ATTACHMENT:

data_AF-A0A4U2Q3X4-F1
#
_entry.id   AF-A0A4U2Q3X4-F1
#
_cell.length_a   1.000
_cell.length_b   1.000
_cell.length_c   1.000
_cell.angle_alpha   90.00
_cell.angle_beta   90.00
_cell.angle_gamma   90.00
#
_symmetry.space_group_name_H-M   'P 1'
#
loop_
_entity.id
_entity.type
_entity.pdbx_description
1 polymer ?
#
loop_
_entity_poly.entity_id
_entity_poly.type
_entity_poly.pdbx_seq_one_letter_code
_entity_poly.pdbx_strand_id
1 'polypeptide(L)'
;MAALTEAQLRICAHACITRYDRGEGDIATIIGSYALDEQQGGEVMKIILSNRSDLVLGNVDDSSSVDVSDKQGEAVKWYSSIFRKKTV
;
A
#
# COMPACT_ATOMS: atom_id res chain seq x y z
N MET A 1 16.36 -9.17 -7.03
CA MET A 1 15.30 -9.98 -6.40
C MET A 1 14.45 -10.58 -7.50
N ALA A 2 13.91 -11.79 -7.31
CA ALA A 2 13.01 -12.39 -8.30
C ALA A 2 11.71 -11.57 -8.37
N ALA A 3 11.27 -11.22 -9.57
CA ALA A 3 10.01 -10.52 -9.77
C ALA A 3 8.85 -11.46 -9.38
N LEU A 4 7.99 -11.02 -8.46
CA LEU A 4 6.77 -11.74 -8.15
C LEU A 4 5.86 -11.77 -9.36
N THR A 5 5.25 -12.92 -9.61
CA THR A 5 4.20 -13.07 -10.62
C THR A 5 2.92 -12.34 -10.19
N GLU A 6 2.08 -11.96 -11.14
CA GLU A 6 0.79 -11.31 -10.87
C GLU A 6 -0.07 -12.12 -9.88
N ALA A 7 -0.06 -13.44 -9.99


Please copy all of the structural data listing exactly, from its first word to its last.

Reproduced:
data_AF-A0A4U2Q3X4-F1
#
_entry.id   AF-A0A4U2Q3X4-F1
#
_cell.length_a   1.000
_cell.length_b   1.000
_cell.length_c   1.000
_cell.angle_alpha   90.00
_cell.angle_beta   90.00
_cell.angle_gamma   90.00
#
_symmetry.space_group_name_H-M   'P 1'
#
loop_
_entity.id
_entity.type
_entity.pdbx_description
1 polymer ?
#
loop_
_entity_poly.entity_id
_entity_poly.type
_entity_poly.pdbx_seq_one_letter_code
_entity_poly.pdbx_strand_id
1 'polypeptide(L)'
;MAALTEAQLRICAHACITRYDRGEGDIATIIGSYALDEQQGGEVMKIILSNRSDLVLGNVDDSSSVDVSDKQGEAVKWYSSIFRKKTV
;
A
#
# COMPACT_ATOMS: atom_id res chain seq x y z
N MET A 1 16.36 -9.17 -7.03
CA MET A 1 15.30 -9.98 -6.40
C MET A 1 14.45 -10.58 -7.50
N ALA A 2 13.91 -11.79 -7.31
CA ALA A 2 13.01 -12.39 -8.30
C ALA A 2 11.71 -11.57 -8.37
N ALA A 3 11.27 -11.22 -9.57
CA ALA A 3 10.01 -10.52 -9.77
C ALA A 3 8.85 -11.46 -9.38
N LEU A 4 7.99 -11.02 -8.46
CA LEU A 4 6.77 -11.74 -8.15
C LEU A 4 5.86 -11.77 -9.36
N THR A 5 5.25 -12.92 -9.61
CA THR A 5 4.20 -13.07 -10.62
C THR A 5 2.92 -12.34 -10.19
N GLU A 6 2.08 -11.96 -11.14
CA GLU A 6 0.79 -11.31 -10.87
C GLU A 6 -0.07 -12.12 -9.88
N ALA A 7 -0.06 -13.44 -9.99